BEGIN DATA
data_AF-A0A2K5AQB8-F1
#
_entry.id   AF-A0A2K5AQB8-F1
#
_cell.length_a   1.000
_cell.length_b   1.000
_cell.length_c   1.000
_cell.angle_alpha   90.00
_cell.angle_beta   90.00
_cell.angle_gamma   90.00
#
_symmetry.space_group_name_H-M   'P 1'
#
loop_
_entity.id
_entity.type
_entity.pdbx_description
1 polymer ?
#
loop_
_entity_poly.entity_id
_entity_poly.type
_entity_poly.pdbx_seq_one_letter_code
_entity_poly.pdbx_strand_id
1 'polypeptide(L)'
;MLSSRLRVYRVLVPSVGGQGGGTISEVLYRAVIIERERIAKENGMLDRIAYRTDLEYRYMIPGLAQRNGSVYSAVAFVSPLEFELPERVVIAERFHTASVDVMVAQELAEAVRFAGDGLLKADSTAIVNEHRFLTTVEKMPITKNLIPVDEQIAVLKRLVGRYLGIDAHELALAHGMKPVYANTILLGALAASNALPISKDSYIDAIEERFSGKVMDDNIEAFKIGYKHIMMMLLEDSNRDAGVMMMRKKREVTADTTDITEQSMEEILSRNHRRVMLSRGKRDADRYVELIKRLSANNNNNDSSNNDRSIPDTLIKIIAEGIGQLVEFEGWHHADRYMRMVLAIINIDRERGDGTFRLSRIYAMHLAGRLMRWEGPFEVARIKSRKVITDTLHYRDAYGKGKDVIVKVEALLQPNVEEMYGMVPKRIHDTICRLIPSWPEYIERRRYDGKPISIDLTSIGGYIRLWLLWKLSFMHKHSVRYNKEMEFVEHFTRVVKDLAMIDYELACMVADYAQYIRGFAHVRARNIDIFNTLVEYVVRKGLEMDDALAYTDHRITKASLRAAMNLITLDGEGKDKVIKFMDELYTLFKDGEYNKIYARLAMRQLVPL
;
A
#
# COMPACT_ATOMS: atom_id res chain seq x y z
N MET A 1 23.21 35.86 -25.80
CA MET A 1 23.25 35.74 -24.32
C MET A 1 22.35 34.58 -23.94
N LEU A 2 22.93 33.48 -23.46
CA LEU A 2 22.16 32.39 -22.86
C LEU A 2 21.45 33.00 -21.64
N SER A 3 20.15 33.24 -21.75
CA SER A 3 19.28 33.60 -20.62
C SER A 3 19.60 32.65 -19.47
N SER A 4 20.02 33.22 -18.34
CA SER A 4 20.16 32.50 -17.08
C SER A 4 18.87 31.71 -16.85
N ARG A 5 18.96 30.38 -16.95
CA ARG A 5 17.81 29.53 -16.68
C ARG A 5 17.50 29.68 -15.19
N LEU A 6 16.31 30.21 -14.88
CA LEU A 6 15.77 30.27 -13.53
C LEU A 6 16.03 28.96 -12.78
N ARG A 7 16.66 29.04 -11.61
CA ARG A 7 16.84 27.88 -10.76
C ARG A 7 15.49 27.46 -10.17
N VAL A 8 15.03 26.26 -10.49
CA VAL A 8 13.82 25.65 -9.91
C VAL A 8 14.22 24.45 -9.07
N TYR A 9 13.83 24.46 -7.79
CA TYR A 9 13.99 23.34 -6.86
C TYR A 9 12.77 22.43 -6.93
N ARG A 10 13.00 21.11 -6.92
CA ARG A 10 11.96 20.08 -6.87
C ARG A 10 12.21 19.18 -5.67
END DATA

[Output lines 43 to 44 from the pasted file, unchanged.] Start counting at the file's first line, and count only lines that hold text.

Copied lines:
N ARG A 5 18.96 30.38 -16.95
CA ARG A 5 17.81 29.53 -16.68